What retail can learn from MTV's latest reinvention
Music video pioneer, MTV, has undergone numerous rebirths over its 36-year history and currently finds itself in the midst of another.
Launched in 1981 with the music video “Video Killed the Radio Star,” the channel redefined musical entertainment for an entire generation. As the music video field flooded with imitators, the station switched gears, positioning itself at the forefront of the reality TV era with its then breakthrough series The Real World. For the next 20 years MTV rode the “unscripted” TV wave with reality shows like The Osbournes, Laguna Beach, and Jersey Shore.
Recently though, during a time when Millennials and Generation Z consume their music through YouTube, get their news from Facebook, and binge watch their television shows through Netflix, MTV found itself standing at yet another crossroads. News outlets began to question whether MTV was an outdated concept destined for death by digital competition.
Instead of rolling over, MTV took action. Its parent company, Viacom, created an entire research campaign dedicated to learning as much as possible about its target audience. Utilizing a subset of market research known as “coolhunting,” researchers attempted to pinpoint emerging and declining trends in youth culture.
What they found is that Facebook is a “must-have” for their audience and Snapchat is the fastest-growing social media network. Viacom also determined that young adults are living both online and offline at the same time, or as they define it – inline. They’re also consuming music on mobile phones instead of television and prefer the convenience and flexibility of TV Everywhere apps to traditional TV.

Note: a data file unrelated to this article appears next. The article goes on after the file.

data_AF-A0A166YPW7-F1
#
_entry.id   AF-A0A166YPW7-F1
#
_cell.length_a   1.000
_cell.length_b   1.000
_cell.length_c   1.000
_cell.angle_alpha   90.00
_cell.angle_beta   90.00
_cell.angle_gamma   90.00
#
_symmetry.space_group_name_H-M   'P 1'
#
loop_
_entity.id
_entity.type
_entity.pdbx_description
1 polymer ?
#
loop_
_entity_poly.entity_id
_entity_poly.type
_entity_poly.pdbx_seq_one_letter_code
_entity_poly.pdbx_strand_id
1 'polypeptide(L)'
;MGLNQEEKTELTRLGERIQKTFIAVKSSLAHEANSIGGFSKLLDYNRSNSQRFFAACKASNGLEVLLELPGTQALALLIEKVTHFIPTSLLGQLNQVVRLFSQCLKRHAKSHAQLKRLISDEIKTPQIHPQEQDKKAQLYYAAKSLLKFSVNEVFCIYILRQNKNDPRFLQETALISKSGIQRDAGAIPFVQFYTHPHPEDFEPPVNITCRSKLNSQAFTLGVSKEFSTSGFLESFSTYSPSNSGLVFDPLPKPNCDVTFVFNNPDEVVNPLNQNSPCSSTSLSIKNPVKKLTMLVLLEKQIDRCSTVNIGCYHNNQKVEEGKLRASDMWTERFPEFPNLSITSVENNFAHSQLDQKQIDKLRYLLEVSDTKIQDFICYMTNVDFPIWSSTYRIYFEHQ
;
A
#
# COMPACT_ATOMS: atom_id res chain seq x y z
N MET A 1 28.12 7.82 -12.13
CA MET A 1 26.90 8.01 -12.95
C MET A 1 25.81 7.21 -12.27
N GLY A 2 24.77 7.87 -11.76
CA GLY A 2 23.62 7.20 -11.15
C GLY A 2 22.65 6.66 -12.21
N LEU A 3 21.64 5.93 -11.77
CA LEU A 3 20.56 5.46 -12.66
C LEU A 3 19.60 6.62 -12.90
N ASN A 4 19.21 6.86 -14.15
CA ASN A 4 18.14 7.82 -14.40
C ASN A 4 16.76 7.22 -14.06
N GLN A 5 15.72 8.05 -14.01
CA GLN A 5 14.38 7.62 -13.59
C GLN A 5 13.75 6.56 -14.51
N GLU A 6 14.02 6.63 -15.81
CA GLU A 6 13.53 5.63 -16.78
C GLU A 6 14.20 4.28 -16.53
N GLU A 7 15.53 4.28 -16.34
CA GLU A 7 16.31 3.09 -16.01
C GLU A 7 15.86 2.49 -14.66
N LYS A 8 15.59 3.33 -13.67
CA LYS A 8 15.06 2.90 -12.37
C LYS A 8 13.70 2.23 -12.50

Taking this into account, MTV has concentrated its efforts digitally, remaining among the top 10 branded Facebook pages for the past seven years. The network launched its MTV App in 2013, allowing users to view content on their tablet, smartphone, smart TV, computer, or other streaming device.
This year, Viacom announced a plan to restructure MTV News towards more video, short-form, and multi-platform content rather than traditional long-form journalism. And instead of competing directly with free video sites, the network began incorporating popular vloggers into their own content, including placing YouTuber Tyler Oakley in several episodes of their original show Catfish.
They’ve also revived old favorites with a newer spin, streaming a revival of MTV Cribs on MTV’s Snapchat account and bringing the competition show Fear Factor over to the network with a fresh, new host in Ludacris. The repositioned Fear Factor saw a 164% improvement in ratings for viewers ages 18-34 and delivered MTV’s best Tuesday in a year and a half.
These research-driven decisions are paying off for MTV, whose overall June year-over-year Nielsen ratings were up 3% among Millennials, a first since 2011. The network also had four of the top 30 cable series in the third quarter, including the rebooted Fear Factor.
Far from being dead, MTV has managed to revive itself with its research into changing consumer lifestyles, which has reenergized its business and introduced it to an entirely new generation.
And that’s a lesson we can all learn from.